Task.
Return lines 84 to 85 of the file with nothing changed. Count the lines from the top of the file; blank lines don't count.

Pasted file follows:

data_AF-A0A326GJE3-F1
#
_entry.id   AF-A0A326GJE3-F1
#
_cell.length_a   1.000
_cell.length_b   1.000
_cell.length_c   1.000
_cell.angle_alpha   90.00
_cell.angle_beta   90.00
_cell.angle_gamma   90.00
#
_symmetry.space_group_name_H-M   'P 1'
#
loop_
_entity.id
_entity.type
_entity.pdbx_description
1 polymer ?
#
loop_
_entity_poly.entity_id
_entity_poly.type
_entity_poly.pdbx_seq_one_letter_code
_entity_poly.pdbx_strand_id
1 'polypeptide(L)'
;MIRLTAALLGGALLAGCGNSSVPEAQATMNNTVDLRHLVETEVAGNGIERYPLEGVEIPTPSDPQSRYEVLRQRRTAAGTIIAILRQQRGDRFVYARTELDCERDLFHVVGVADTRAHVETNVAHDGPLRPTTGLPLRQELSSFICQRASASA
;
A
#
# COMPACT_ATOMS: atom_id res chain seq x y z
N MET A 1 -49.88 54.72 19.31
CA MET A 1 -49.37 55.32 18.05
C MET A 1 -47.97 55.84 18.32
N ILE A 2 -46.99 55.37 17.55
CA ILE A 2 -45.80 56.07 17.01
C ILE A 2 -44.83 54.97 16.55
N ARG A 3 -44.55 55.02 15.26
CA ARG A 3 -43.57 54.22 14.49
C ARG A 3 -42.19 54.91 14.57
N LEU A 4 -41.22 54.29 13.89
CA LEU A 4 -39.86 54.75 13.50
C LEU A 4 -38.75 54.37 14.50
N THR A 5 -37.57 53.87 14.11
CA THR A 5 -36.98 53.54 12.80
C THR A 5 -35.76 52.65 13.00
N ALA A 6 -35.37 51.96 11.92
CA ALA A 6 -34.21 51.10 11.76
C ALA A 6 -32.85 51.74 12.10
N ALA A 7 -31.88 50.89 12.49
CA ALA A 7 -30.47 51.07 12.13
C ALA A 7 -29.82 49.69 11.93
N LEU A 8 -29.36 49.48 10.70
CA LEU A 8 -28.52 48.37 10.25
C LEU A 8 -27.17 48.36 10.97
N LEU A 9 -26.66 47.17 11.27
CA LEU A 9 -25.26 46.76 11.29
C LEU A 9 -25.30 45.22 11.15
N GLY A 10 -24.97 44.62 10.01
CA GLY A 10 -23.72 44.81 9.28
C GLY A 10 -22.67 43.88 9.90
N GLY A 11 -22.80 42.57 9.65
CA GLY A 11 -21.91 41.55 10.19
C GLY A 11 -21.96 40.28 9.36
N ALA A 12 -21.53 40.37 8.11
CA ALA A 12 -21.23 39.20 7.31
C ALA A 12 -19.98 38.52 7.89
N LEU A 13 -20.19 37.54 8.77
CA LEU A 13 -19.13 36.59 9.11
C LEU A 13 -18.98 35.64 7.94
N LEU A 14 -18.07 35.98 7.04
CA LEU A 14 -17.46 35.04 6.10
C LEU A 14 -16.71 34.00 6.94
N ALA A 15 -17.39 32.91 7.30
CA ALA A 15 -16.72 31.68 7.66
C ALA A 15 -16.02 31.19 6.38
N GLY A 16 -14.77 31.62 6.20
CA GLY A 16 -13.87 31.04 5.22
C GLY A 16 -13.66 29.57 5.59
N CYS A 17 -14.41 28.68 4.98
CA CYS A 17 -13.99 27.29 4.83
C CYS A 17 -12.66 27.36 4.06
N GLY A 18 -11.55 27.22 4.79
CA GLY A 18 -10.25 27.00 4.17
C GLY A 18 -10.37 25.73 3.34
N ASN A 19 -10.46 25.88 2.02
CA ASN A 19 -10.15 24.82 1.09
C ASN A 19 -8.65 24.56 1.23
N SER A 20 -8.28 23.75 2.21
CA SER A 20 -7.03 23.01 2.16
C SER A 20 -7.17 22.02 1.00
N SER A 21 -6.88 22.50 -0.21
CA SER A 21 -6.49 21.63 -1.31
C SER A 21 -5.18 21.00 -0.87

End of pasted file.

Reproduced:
C GLY A 18 -10.37 25.73 3.34
N ASN A 19 -10.46 25.88 2.02